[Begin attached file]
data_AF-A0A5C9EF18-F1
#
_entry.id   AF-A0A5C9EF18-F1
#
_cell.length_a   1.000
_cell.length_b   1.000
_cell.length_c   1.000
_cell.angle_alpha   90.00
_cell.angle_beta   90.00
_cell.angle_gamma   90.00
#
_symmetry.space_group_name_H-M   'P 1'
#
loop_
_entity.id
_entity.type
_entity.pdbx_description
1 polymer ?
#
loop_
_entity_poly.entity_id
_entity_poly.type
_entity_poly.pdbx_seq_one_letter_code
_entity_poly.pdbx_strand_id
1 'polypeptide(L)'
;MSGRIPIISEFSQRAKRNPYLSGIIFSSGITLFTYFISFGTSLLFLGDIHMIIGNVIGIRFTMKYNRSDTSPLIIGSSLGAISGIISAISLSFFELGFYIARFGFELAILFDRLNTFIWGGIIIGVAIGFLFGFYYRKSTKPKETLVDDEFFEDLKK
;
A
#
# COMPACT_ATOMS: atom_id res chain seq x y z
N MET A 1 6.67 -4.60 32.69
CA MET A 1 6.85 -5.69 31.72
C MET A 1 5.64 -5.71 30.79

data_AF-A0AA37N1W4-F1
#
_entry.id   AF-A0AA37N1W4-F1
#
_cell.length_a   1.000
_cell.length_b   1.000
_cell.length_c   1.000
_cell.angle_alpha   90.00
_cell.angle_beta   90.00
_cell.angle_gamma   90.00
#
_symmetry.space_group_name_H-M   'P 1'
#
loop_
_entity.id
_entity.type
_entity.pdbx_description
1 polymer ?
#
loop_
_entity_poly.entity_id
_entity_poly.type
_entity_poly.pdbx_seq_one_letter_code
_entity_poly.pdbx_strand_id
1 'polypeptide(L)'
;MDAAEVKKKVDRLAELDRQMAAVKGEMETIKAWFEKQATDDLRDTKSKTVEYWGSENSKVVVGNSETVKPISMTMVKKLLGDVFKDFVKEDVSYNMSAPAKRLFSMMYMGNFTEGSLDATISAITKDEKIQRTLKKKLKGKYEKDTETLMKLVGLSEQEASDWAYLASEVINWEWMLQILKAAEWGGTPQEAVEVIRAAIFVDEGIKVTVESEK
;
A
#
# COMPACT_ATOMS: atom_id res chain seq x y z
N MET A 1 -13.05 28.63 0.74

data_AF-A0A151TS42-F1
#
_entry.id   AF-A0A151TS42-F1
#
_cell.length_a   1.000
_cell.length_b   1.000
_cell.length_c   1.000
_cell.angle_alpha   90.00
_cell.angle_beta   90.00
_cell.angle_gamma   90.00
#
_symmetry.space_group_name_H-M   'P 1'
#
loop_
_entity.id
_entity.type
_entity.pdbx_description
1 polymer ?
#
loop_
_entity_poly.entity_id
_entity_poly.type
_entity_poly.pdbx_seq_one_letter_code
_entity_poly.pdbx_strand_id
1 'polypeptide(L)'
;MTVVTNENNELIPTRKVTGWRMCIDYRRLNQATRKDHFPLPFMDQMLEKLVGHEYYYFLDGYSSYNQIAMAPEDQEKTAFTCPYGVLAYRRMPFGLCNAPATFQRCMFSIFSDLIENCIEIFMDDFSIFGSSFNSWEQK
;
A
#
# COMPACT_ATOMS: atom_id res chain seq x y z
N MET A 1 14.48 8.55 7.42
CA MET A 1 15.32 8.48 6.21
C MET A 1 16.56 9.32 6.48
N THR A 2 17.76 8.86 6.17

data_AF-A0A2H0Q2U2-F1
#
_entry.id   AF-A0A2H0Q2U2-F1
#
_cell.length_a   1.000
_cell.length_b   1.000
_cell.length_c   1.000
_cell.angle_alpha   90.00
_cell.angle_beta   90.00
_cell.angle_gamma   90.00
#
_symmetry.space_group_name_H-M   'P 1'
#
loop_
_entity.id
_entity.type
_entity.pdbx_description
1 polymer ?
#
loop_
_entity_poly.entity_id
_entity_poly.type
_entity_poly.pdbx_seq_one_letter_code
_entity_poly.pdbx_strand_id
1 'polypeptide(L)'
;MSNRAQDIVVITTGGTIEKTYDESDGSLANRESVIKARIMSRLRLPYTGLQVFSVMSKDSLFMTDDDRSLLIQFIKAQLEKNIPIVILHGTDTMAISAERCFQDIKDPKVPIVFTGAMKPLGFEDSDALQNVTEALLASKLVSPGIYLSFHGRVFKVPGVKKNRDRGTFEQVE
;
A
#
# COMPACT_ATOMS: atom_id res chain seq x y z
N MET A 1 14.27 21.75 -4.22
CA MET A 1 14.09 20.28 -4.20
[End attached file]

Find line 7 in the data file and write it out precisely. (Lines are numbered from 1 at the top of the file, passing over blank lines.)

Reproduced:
_cell.length_c   1.000